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Around the world, mines are often dark, dangerous places where humans fear to tread. Mapping them can be a perilous task, involving surveyors who must enter with equipment at the risk of personal injury. But now, a Philadelphia company has developed a drone system that can enter a mine and, at the touch of a button, fly autonomously through the darkness and fully map the space in 3D.

The company, Exyn Technologies, was born out of the GRASP Laboratory at the University of Pennsylvania, which has done cutting-edge research on autonomous flying robots. The system it has developed has wide application in other industries like construction and warehouse management, where autonomous mapping and real-time situational awareness could be of immense value.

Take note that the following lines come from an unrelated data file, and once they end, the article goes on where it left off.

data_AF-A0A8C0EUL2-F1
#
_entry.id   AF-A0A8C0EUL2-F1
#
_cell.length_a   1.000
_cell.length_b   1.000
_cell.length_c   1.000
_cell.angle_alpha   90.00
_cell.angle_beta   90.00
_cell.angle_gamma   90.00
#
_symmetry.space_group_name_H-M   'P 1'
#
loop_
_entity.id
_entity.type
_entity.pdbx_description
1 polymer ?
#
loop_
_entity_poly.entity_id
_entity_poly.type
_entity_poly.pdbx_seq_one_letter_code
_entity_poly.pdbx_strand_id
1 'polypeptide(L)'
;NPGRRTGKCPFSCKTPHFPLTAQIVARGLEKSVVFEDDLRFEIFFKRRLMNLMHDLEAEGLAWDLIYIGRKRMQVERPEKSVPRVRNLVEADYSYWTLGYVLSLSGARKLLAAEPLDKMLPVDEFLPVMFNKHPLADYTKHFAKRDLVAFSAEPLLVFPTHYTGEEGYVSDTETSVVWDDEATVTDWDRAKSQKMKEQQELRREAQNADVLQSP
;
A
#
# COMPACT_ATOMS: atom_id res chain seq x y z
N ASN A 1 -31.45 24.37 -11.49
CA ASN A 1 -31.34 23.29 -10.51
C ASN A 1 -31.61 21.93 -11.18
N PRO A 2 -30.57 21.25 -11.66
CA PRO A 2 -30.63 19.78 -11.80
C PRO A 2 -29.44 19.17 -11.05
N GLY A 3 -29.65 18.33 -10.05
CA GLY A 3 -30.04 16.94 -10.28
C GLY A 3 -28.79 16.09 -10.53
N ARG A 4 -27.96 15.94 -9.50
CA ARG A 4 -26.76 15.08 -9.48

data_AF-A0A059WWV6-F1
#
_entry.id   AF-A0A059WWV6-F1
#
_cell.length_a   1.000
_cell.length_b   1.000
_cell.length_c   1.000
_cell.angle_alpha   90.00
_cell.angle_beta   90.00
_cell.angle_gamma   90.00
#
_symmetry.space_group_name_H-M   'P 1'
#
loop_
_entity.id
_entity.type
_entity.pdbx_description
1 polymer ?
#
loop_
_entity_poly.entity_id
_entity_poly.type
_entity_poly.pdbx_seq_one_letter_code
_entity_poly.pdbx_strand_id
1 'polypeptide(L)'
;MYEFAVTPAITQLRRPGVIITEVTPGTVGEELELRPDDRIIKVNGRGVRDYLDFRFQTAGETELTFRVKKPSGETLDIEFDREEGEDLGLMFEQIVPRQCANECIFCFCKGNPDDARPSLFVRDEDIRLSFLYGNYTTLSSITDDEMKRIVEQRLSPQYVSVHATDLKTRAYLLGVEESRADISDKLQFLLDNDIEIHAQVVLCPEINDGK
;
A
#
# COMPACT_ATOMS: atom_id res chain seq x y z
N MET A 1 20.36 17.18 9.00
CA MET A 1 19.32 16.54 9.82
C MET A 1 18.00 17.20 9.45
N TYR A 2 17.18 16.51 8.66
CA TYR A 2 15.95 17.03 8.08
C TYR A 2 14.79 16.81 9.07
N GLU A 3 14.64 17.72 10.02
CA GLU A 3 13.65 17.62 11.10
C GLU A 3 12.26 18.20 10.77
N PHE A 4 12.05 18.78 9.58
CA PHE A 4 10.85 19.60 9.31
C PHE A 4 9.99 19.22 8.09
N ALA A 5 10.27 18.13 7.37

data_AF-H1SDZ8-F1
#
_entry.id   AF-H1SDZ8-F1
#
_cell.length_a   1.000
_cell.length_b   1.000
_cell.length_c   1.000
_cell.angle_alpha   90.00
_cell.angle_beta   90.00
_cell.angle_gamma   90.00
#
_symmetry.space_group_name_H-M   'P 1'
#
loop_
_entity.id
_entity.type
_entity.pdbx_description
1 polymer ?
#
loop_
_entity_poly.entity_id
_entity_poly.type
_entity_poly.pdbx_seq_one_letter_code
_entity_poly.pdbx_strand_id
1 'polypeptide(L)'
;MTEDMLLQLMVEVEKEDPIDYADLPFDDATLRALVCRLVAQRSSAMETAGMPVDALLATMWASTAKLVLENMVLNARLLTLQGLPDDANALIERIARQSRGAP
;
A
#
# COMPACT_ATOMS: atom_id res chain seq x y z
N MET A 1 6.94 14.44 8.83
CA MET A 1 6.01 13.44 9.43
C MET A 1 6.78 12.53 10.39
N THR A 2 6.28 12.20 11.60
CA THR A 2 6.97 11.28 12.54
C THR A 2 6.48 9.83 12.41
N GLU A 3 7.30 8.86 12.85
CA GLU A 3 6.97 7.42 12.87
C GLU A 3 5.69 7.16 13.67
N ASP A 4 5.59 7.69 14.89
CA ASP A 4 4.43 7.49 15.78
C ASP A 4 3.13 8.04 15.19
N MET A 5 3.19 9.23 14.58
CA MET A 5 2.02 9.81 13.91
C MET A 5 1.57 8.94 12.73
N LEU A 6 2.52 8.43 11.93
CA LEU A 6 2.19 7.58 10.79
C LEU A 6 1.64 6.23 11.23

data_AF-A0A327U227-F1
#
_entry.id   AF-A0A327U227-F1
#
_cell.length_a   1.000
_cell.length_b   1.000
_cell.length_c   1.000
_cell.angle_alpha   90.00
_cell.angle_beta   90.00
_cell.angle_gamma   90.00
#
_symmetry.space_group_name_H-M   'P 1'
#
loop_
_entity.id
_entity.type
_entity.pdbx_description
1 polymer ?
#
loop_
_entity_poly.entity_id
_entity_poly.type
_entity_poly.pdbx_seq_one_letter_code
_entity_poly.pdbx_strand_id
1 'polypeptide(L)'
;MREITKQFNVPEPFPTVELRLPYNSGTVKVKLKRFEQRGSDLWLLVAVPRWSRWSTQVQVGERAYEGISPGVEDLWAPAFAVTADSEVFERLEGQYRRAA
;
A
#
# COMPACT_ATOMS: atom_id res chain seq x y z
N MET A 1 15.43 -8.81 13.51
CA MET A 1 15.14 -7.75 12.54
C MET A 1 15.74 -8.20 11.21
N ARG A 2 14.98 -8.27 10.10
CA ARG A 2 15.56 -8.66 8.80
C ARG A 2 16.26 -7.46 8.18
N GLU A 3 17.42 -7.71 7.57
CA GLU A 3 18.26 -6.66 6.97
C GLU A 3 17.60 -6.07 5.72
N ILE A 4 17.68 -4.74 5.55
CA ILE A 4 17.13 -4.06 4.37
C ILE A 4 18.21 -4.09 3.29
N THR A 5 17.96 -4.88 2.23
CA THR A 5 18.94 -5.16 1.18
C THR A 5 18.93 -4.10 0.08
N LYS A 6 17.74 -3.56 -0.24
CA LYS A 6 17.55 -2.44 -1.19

The robot uses a series of onboard sensors and cameras that rapidly scan an area, gathering 300,000 data points per second, and mapping as it goes along. Most flying robotic systems require GPS to understand their location, but inside a cave or a warehouse, GPS is unavailable. Instead, the system uses lidar sensors, similar to those used by autonomous cars to detect obstacles and move around them. Lidar is like radar, but uses pulsed laser light, measuring the reflected pulses with a sensor.

What’s particularly impressive about the system is that it needs no prior information about the space it needs to explore.

“You simply set it down and it goes with the push of a button,” says Jason Derenick, vice president of technology at Exyn.